They need their ERP system to provide not just construction industry-centric project management and control capabilities, but also equipment asset or rental management because many of these environments require equipment to install structural members, control systems or other modular components. This will also give them the ability to manage the shipment and transport of materials to the construction site according to the project schedule, while managing subcontractors—a critical pain point for most manufacturing-blended construction contractors.

Enhanced project control – bringing management and manufacturing together

A good project-based solution (PBS) within an enterprise software system enables construction organizations to create and manage projects in real-time. This includes work breakdown structures, work package management, bills of quantities, project variation control and change orders. It will allow tracking of equipment cost against a specific project, regardless of whether you rent it externally or if the project ‘rents’ the equipment from your own internal division.

An effective PBS also has the functionality to deliver estimate to complete (ETC), estimate at completion (EAC) and margin forecasting based on real-time transactional activity. On-site project elements including subcontractor management and the delivery of materials for design, procurement, manufacturing, shipment, construction, installation, commission and maintenance purposes can also be tracked.

Such a comprehensive, mature and proven solution has the power to bring projects and manufacturing together—and can also act as a world-class enabler for traditional construction companies.

Building Information Modeling driving the change...

Emerging digital technologies such as building information modeling (BIM) are being mandated more and more by project owners and even governments, making off-site construction and standardization even more appealing. The need to firm up the design at an early stage increases if off-site construction methods are to be used, and the integration of the BIM model data becomes a necessity.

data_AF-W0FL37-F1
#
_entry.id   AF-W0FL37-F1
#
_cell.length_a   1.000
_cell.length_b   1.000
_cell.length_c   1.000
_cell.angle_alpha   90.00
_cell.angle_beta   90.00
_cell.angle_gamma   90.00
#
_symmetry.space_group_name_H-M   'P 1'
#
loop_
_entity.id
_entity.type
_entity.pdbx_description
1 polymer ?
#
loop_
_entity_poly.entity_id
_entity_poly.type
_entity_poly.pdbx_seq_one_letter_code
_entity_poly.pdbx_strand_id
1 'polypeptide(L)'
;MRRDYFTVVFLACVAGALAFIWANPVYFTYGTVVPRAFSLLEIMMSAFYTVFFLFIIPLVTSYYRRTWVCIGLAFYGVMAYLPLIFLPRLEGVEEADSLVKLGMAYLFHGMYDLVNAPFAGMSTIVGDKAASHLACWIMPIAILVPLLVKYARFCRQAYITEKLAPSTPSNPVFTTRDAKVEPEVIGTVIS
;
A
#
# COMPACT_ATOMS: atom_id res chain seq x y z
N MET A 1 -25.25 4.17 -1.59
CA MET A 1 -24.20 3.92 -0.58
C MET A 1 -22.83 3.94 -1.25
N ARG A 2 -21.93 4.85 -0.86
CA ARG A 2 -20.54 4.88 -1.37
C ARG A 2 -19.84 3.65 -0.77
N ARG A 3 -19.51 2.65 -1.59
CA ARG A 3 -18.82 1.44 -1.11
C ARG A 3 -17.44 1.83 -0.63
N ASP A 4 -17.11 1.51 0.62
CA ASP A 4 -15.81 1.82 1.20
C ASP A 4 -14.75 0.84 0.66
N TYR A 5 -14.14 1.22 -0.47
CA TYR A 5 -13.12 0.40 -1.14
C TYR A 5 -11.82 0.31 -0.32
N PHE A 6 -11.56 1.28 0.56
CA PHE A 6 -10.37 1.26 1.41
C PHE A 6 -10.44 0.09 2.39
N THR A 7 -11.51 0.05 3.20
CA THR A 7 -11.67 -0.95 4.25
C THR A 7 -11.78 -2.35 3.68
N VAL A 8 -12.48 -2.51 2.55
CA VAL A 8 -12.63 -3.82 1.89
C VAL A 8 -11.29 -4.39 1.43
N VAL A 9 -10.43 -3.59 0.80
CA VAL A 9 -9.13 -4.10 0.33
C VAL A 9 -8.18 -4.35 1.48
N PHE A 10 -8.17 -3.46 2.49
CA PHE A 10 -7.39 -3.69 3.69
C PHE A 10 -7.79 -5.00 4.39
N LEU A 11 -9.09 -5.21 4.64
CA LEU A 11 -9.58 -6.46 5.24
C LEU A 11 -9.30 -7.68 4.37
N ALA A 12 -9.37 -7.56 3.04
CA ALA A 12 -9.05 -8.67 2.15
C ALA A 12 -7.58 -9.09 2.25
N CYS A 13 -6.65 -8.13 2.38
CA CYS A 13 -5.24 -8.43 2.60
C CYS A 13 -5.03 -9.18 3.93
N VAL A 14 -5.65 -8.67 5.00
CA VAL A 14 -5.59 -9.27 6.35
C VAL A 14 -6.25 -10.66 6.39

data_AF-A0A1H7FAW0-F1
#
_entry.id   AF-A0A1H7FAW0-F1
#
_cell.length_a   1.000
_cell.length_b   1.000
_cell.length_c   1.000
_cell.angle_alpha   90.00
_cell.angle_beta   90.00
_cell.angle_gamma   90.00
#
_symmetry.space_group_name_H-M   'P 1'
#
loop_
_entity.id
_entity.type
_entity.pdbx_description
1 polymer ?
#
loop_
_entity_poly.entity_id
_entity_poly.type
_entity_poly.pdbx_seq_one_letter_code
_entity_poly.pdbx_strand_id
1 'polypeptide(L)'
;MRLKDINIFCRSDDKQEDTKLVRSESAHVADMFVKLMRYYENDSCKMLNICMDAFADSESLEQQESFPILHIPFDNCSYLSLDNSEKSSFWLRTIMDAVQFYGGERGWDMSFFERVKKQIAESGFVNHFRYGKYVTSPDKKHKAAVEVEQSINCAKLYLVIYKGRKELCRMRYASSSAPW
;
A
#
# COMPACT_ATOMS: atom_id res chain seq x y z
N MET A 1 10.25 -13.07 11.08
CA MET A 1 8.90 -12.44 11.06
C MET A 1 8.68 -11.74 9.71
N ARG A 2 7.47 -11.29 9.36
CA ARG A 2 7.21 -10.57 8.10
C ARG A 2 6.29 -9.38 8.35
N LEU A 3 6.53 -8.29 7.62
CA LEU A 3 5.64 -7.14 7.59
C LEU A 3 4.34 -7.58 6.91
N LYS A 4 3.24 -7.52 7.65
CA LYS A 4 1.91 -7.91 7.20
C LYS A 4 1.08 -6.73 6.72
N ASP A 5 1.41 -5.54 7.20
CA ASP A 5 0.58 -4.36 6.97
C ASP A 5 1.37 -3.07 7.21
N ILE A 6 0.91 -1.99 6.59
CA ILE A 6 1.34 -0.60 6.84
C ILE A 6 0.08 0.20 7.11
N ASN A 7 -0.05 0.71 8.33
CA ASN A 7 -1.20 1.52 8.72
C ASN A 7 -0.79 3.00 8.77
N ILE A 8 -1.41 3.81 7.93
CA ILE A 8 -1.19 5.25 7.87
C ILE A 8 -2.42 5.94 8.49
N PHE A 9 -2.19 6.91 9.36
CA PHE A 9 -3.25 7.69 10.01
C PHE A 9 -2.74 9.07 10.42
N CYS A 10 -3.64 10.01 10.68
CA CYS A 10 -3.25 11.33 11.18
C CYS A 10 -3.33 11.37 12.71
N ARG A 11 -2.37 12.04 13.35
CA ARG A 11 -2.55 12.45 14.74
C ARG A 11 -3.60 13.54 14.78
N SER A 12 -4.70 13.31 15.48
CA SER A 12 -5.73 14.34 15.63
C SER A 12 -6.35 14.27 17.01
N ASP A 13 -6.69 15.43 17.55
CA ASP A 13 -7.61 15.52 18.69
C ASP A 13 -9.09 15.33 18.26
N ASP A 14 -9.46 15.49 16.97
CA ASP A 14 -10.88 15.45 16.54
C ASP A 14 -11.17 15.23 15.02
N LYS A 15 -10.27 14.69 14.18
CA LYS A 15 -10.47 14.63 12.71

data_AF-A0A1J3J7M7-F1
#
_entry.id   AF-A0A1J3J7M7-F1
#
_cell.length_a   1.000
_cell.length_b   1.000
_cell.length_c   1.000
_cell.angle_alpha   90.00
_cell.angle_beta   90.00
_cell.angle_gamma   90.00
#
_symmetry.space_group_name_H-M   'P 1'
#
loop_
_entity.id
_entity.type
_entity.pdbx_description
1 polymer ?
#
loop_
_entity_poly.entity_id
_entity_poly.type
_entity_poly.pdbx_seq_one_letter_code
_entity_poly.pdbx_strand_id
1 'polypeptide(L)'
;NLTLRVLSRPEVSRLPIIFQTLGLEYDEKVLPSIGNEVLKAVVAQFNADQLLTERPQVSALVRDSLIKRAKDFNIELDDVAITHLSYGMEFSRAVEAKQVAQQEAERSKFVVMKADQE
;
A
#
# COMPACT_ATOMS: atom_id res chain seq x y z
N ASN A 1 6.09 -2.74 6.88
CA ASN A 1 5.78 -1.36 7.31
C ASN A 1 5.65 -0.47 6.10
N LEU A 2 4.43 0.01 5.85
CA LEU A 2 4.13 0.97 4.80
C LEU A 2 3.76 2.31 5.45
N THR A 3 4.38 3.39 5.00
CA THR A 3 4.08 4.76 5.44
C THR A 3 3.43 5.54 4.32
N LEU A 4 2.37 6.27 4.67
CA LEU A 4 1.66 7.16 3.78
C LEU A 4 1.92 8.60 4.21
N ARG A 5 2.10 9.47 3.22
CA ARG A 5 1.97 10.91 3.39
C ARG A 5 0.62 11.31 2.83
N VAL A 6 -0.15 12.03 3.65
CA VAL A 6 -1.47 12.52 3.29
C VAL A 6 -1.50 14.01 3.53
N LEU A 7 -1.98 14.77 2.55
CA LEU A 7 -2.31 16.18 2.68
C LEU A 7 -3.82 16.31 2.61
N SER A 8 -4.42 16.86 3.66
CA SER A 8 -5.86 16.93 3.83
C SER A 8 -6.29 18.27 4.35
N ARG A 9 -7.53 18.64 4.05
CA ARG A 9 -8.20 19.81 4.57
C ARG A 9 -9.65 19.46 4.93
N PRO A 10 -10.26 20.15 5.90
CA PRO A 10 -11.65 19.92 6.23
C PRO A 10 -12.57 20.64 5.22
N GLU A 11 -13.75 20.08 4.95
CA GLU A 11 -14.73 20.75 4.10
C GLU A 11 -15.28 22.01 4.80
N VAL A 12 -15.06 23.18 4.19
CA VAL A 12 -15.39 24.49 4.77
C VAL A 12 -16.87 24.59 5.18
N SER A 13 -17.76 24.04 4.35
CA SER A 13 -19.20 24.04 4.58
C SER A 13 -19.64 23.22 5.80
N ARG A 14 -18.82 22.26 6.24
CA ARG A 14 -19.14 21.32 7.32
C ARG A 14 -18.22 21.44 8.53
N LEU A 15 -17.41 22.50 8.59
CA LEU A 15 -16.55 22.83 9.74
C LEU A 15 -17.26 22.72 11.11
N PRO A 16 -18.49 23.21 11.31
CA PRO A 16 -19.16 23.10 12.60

…And the need for ERP integration

In traditional construction, despite there being a plan at the beginning of the project, it is frequently amended and the as-built asset may differ in functionality from how it was designed. Each change to a design has an impact on multiple downstream dependencies in a BIM environment. The engineering of the asset therefore needs to be built using off-site, manufacturing principles from the first instance. This results in fewer design modifications midstream which reduces the cost and duration of projects.

From the start, the asset should be created with the ease of maintenance and cost-effectiveness in mind. The overall cost of the asset during its life is now the priority for asset owners, and an integrated ERP system should be recognized as the platform to integrate technologies such as BIM.

Disrupt or be disrupted

"There has never been a better time to invest in disruptive, off-site construction systems and processes," Ingram concludes. "But it is clear that off-site construction needs a broader ERP than simply software dedicated only to on-site construction. Modular builders need a comprehensive, integrated spectrum of ERP software with deep functionality to manage all stages of the project and asset’s life. This is where the margins will be made in the construction industry in the immediate and long-term future, allowing construction companies to stand out from competitors and ensure they capitalize on modular opportunities and their longevity."

Learn more at